Apparently, I’m a libtard.
When I opened an email earlier this week and found this word pointed accusingly at me, I was not shocked. Particularly toxic readers who like to lash out at me for a wide variety of subjects are quick to use the term.
While I shudder at the mere use of a word that melds “liberal” and “retard” to attack someone they’ve never personally met, I understand why they’re doing it.
These are the radical libertarian readers who are angry and disillusioned that their world is changing. They hate — I mean, really hate with a lusty, visceral force — anyone who supports the notion of change.
You’ll notice I said “libertarian” and not “conservative.” I don’t think “conservative” is an insult, and personally I do not believe most hardcore conservatives are resistant to change.
There was a time in this country not so long ago where the collision of the words “progressive” and “conservative” was still intellectually defensible. Even now, as libertarian notions work their way into mainstream politics, I still know many militant conservatives who acknowledge the need for, and value of, progressive change.
You can bet anyone that regularly uses the word libtard does not fall into that category of conservative.
The most recent allegation flung in my direction came from someone named Todd (which may or may not be a real name) who was upset about a column in which I lamented the slow uptake of COVID-19 booster shots. Todd lashed out at me for fear-mongering, and not letting people live their lives without unfounded threats from infectious diseases.
When I pushed back a little, he pulled libtard from his quiver of toxic insults.
I don’t know if this single word defines a specific political constituency and if so, whether it’s a significant constituency. I think not.
More likely, it’s the calling card for a small but vocal minority with a narcissistic personality disorder — a verified mental condition defined by an inflated sense of self-importance, an obsessive need for attention and (here it comes) a lack of empathy for others.
It hasn’t gone unnoticed in the land of the libtards the people who are most opposed to pandemic restrictions and vaccine boosters are also the least empathetic: “I don’t care if social distancing/masks/vaccines saves lives, you can’t make me!”
Todd seems blissfully unconcerned despite the fact COVID-19 continues to cull generations of elderly citizens from the population and saddle millions more with long-term health effects, provincial governments allow us to move about unfettered, unvaccinated and unmasked.
In lashing out at anyone with the temerity to advocate for some modest restrictions, Todd is revealing himself as either a narcissist of the worst variety, or he no longer has a nana and simply doesn’t care what happens to other people’s grandparents.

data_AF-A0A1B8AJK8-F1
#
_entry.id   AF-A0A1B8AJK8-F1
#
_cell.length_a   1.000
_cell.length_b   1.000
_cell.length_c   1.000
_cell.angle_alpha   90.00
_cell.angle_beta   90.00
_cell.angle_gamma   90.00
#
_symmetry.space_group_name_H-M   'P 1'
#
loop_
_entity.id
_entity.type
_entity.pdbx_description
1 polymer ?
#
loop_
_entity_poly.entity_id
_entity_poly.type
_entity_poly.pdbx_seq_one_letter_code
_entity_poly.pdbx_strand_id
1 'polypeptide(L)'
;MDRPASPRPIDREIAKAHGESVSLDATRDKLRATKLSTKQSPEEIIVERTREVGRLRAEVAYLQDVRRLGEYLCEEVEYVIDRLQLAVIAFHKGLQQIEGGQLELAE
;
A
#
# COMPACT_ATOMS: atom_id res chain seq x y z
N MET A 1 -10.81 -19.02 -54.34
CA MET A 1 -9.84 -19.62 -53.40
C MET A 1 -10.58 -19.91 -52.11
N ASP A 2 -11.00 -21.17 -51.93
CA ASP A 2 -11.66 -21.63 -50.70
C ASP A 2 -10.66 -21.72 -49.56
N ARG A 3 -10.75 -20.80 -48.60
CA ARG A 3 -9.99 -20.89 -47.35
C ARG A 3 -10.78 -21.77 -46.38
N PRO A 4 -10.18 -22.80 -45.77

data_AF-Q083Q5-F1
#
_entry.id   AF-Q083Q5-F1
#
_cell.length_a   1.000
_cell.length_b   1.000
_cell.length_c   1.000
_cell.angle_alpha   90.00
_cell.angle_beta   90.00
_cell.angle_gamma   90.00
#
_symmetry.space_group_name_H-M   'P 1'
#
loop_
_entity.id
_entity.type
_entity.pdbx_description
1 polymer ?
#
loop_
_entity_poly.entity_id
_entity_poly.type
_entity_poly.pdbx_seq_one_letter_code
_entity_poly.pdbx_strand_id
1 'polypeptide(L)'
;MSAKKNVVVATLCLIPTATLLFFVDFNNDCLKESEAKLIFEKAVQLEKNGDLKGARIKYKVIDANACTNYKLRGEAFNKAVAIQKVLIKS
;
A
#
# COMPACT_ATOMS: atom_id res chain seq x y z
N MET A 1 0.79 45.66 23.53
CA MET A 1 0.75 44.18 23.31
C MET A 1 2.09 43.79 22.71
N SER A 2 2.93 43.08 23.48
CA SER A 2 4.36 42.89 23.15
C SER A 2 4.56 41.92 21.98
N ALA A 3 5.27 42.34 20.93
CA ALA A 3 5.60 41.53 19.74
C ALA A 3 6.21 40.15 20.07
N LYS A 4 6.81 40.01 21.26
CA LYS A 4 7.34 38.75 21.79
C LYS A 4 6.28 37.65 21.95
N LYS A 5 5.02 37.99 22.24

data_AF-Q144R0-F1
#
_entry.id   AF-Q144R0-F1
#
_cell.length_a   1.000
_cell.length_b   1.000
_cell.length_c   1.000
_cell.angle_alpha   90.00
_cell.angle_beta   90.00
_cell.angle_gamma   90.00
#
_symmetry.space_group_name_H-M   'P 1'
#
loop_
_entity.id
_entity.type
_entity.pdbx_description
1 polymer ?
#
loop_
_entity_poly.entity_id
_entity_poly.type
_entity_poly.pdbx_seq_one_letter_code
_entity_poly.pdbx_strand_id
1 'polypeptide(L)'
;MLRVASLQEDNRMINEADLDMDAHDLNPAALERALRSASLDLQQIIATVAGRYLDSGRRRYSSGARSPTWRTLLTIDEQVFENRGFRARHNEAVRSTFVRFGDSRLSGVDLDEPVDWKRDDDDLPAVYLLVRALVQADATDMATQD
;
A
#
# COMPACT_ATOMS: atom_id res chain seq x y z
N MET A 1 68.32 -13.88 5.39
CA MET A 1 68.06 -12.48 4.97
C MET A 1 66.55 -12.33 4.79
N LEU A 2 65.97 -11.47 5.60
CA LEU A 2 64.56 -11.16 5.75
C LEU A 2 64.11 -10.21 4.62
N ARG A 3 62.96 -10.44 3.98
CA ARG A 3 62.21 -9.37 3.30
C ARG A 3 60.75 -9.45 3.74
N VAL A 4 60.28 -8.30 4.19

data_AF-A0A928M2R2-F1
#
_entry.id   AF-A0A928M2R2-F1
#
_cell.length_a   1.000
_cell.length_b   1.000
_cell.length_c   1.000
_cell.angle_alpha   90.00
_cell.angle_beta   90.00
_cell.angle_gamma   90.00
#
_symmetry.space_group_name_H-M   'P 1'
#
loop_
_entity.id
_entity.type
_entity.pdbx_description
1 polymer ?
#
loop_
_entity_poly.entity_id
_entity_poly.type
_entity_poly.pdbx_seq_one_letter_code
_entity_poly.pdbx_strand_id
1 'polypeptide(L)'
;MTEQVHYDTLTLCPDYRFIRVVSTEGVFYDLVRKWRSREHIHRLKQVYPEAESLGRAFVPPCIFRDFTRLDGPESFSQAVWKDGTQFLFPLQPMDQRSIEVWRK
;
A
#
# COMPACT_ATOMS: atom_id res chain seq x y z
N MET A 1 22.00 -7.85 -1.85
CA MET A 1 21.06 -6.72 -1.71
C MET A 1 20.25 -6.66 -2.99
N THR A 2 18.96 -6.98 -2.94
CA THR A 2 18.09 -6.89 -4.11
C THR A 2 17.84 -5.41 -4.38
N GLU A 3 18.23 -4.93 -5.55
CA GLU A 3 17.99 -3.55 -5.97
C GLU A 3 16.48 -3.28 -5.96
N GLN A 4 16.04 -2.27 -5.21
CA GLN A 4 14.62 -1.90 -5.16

The “I don’t care about how my actions impact others” philosophy was in full force this past weekend as the “rolling thunder” motorcycle rally descended on Ottawa, an event at which the term libtard was no doubt frequently tossed about.
No one expected this rally, an echo of the original so-called “freedom convoy” that occupied downtown Ottawa for 32 days in January and February, would be as big, and it wasn’t. It was mostly peaceful although hundreds of tickets were handed out for parking violations and “encumbering a highway.” Several people were arrested.
However, the most interesting aspect of Rolling Thunder was that nobody was quite sure what the rally was all about.
Organizers said it was to pay tribute to military veterans. However, the tone was pure Freedom Convoy, yet another rage-against-pandemic-restrictions protest. “There’s something wrong with our country,” organizer Neil Sheard told protesters on Saturday. “It’s something to do with fearing everybody, fearing anything. So, to people out there that are fearful, take a good look at yourself. Look around. Not everybody’s afraid.”
Ah yes, being afraid is most definitely a libtard trait. Good old Todd accused me of being unduly afraid, and trying to trigger fear in others, in his original eloquent email. You see, advocating for restrictions, even those that don’t really inconvenience people, is tantamount to fear mongering.
That’s an odd bit of logic at the (we hope) tail end of a pandemic that claimed nearly 40,000 lives. The “live free or die” types will tell you that 40,000 isn’t that much, and that more people die from influenza. And although that’s not really true, it’s also not the point: this wasn’t 40,000 deaths “instead” of the flu; this was 40,000 ADDITIONAL deaths that did not need to happen.
Like many libtards, I’m growing weary of having to explain the threat of COVID-19 to people who continue to think that concepts like collective security, compassion and empathy are signs of weakness. Regardless of what you want to call us, I’ll thankfully count myself among the people who are willing to make sacrifices to save lives.
For the moment, however, I will be spending much less time raging against anyone who calls me a libtard. Largely because when you start to think about all the qualities that guys like Todd and the Rolling Thunder folks think define a libtard, you quickly realize it’s not an insult. It’s actually a compliment.